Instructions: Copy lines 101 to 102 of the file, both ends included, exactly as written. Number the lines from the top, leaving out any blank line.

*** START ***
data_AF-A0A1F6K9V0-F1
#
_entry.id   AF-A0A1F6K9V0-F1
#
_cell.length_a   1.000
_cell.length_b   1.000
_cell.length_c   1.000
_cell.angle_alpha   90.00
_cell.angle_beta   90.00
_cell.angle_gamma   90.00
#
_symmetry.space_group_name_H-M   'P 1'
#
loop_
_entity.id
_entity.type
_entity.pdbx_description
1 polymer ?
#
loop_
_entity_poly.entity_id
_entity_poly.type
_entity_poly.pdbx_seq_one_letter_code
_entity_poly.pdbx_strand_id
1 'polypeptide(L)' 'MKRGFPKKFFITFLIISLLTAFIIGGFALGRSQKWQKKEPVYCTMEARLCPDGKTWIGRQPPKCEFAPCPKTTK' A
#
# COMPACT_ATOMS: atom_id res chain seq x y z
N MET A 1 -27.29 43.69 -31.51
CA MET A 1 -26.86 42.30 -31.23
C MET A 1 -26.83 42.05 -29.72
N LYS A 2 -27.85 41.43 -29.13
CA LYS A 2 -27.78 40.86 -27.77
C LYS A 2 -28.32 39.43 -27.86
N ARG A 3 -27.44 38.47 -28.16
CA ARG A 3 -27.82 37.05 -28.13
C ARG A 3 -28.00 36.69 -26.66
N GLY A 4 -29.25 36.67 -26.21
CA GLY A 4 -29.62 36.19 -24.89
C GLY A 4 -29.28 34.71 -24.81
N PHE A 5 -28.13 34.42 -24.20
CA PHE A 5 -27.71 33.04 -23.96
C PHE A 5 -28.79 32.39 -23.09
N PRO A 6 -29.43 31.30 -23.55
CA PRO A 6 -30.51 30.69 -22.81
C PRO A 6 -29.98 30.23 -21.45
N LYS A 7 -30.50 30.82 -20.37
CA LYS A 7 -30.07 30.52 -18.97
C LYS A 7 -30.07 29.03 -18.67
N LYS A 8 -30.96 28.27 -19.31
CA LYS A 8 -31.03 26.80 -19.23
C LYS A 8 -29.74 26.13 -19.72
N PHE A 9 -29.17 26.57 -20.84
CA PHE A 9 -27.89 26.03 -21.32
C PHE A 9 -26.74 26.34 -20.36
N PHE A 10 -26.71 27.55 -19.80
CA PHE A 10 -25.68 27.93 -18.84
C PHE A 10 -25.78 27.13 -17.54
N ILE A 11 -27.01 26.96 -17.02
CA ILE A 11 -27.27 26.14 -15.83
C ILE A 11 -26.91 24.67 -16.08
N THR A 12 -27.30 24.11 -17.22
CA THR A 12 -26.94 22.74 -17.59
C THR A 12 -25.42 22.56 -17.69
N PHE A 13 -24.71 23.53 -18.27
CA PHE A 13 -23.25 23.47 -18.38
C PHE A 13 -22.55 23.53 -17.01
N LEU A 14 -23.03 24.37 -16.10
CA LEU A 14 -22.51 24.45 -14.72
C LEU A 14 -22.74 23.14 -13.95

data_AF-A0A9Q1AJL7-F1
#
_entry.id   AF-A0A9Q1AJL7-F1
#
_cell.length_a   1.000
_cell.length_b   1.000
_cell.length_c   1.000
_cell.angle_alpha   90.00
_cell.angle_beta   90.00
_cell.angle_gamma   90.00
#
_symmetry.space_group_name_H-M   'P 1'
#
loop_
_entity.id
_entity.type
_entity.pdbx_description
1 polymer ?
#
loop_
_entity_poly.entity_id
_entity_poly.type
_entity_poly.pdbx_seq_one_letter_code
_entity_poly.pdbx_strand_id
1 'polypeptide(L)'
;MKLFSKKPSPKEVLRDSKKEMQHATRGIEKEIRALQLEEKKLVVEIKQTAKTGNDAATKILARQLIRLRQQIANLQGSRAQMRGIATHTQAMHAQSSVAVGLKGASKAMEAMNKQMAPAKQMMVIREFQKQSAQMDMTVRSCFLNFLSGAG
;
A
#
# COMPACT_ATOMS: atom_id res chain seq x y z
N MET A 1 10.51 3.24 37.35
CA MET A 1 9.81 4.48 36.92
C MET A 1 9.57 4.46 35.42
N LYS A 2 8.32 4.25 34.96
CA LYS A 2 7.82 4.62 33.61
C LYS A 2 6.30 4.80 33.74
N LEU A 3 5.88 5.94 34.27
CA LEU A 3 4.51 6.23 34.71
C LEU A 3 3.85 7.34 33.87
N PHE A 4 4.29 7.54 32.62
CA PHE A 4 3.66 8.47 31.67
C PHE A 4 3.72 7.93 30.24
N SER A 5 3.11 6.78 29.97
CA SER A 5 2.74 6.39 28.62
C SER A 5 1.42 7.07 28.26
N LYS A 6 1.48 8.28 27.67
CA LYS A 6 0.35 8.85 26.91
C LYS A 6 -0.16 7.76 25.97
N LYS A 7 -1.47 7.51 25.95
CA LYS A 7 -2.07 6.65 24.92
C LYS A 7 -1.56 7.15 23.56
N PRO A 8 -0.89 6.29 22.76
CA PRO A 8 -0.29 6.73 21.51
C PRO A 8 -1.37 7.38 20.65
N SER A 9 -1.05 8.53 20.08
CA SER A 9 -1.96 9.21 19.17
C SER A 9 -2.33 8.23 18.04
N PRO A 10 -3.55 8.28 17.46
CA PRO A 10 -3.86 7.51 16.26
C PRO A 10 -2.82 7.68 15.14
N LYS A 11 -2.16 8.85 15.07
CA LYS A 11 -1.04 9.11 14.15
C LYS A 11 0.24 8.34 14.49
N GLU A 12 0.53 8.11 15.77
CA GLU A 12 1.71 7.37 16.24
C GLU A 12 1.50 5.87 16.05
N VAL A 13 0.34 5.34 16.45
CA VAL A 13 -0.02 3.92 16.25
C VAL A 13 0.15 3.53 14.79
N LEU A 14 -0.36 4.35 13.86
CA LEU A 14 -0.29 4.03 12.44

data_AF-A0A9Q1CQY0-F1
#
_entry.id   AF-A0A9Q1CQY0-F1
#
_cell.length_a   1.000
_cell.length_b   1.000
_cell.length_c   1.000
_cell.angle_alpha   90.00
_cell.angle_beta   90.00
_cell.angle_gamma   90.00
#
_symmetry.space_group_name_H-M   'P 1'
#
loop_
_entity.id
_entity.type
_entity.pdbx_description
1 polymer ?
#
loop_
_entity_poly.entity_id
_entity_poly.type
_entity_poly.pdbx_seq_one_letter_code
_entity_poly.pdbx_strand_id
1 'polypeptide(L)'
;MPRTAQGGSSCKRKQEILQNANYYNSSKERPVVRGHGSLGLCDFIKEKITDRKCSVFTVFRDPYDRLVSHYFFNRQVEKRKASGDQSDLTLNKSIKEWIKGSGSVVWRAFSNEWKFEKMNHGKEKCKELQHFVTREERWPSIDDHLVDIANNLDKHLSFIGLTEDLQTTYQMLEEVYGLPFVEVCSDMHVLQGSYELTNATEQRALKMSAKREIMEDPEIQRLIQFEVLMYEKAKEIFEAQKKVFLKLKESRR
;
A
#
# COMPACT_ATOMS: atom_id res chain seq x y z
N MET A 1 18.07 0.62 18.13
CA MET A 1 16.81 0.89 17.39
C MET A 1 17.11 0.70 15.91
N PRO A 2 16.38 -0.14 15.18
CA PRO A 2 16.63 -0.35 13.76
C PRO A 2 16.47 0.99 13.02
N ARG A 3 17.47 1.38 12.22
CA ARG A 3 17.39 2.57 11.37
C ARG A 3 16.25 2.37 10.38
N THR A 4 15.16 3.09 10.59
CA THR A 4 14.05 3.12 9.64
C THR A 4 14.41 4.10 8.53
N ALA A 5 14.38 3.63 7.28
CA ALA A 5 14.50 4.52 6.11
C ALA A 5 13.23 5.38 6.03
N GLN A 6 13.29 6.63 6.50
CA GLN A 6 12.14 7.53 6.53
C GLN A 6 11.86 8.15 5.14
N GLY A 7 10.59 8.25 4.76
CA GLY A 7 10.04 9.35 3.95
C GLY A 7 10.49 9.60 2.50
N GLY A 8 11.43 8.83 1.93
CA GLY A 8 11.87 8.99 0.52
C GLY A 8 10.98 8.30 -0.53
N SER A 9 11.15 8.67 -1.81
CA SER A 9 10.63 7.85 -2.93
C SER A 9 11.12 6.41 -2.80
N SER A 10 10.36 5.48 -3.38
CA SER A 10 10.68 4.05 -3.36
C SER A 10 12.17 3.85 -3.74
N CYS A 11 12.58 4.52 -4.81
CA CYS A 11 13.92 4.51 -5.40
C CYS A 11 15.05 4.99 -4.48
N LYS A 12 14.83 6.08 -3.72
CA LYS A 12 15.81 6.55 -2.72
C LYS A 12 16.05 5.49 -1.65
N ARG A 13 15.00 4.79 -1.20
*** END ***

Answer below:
CA MET A 1 9.81 4.48 36.92
C MET A 1 9.57 4.46 35.42